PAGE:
Thanks to your help, our second soup kitchen in Bedford, S. Africa, which we created in the house of Ndileka's mother, who died earlier this year, is up and running and feeding up to 100 people a day. All of these people are from the surrounding township and are so food insecure that many go without for days at a time.
We are running a simple operation, staffed with volunteers, and serve simple but nutritious food, one meal a day.
But do not think it is not making a HUGE difference in the lives of those we feed.
Our aims for this project are modest - to secure a steady source of food, pay for utilities.
Ndileka has been feverishly working with the provincial authorities in the Eastern Cape, and specifically, New Bedford, to obtain all necessary permits for the new soup kitchen. She has made presentations for a grand on the 2nd of June and is awaiting momentarily to make a presentation to the Department of Social Development. It is the Tutuka support group that is ready and willing to provide the support to make the kitchen work - mothers of the very children who will benefit from the meals provided.
Meanwhile, Ndileka has been able to give stationery and clothing to many families, and footballs to all the local soccer teams. She expects the kitchen to open during final construction, which all should be within the next month or so.
The poverty of this area is deep and the impact of this soup kitchen cannot be overstated. The whole community is participating in the project and foodbanks stand ready to supply fresh and frozen food. When operational, Ndileka expects to feed over 100 food insecure children and families a day.
This is a project on the cusp of operational functionality - stay tuned!
The team of volunteers, under the direction of Ndileka Xameni, is now serving hundreds of meals to food insecure children and adults in Langa Township, thanks to the successful completion of the new kitchen at Siyaphambili AIDS Orphans Village.
Ndileka's mother died this year. She had lived outside Port Elizabeth in the Eastern province of S. Africa in a township called Bedford.
Ndileka and her siblings decided to turn their mother's house into a brand new soup kitchen for the residents of the Bedford - the shanty town where she lived and where hunger and food insecurity run rampant.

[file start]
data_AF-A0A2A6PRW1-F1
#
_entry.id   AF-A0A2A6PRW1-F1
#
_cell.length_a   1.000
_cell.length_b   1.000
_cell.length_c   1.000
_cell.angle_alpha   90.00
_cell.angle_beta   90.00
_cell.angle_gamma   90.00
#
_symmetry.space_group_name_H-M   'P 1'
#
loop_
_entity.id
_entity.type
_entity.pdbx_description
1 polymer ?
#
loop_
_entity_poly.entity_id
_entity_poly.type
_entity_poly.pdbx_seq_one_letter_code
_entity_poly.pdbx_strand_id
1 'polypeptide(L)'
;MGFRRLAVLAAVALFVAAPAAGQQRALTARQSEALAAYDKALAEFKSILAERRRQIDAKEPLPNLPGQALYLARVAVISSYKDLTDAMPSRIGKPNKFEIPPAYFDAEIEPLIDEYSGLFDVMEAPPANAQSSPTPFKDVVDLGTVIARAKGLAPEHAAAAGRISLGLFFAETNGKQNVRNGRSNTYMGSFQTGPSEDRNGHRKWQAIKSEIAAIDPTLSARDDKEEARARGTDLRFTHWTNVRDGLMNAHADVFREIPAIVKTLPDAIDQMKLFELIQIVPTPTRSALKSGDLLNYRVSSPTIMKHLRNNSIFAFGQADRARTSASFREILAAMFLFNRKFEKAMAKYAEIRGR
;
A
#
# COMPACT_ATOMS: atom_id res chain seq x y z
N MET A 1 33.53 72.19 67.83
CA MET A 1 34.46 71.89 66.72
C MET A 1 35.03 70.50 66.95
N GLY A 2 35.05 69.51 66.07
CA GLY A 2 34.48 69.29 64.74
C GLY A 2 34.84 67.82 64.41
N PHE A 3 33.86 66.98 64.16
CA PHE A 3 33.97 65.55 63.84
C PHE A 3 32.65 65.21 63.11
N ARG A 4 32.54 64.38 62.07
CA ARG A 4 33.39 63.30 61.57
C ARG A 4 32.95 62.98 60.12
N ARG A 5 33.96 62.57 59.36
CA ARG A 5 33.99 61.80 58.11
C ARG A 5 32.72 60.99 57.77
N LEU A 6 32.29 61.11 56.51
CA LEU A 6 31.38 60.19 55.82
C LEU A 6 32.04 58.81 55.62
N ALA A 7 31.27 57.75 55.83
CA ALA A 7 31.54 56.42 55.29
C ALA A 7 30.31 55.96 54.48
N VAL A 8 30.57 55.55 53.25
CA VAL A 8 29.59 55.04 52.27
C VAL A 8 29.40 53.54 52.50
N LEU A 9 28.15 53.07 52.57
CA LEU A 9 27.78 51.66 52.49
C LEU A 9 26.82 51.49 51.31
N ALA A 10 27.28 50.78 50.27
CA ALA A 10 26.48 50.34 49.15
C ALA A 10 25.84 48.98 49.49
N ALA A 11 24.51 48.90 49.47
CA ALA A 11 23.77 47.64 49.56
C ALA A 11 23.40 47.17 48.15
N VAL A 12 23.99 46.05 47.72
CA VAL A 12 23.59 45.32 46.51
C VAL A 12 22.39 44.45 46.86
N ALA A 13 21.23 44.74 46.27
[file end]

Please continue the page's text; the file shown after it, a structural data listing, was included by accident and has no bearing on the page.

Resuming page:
Details of this new project are laid out in the edited project report for Siyaphambili, as it is a related project.
Dear friends from around the world,
I write you as we continue to mourn and to celebrate the death of our beloved Madiba, Nelson Mandela to most of you. We sing and we praise him, we thank the powers that be to have known him and had him in our lives and for our country. Now we honor his memory by continuing our work with our community - AIDS orphans, teen mothers, boy fathers, grandparent-headed households, child-headed households, after school, creche [pre-school], and meals meals meals. How glorious is our new kitchen - we cannot describe what a joy it is for our ever more volunteers to come and cook and serve so many, and ever more, hungry. We have samp and beans on and ready all day all night. We have refrigerators and freezers big enough to store fresh food, healthy food for all. We have qualified for larger Food Bank donations. We reuse our new dishes, helping the environment and enjoying their colors, their hardness, the ease with which we use them and wash them. All because of people, mostly unknown to us directly, giving to us and helping us evolve and grow. We feel blessed. And we are adding funds to our reserve for fuel for the stove, the van and the electricity as we work with project managers to get our organization ready for the next phase of growth. We will have a new concrete project by spring in America - here it is hot summer.
So our new soup kitchen is finished, our new plates, bowls, cups and cutlery in bright colors are in the cupboards and in use 3 times a day. Our new stove makes cooking for ever more hungry mouths much easier and much much safer and our new counters allow the staff to serve the children and the many in a fully organized way. The ecological new plates and all mean we don't use money and waste resources like paper products and our new sinks make washing up so so easy. We are thrilled and thankful. Thankful and grateful. Grateful and happy.
Now we need to finish paying for the kitchen and get funds into our new kitchen account to help us pay for electricity and gas on an ongoing basis. As we come out of winter [we even had snow this year!], we realize how much we need reliability of all utilities - it was a tough winter for heating, but we ate well!
With the new kitchen we can feed three times the number of people we had been feeding before and in one third the time or less. With the bigger refrigerator we can store fresh food better and frozen food longer and almost always have enough food for all. Teen mothers are getting better nutrition - they had not been part of our feeding program before - and that helps them be good mothers while trying to also finish school.
There is no lack of need and never enough of any resource. But the kitchen has enlivened our spirits and the children feel valued and a part of something good after so much loss and poverty. That is what Siyaphambili is all about.
Our founder, Ndileka Xameni, was named one of South Africa's 6 Fearsome Women in August in a widely read publication in Cape Town and she was named in the category of altruism. We are proud of her and are trying, with the help of our donors around the world, to enable her to extend her gift.
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Founder and Director
Langa, Cape Town,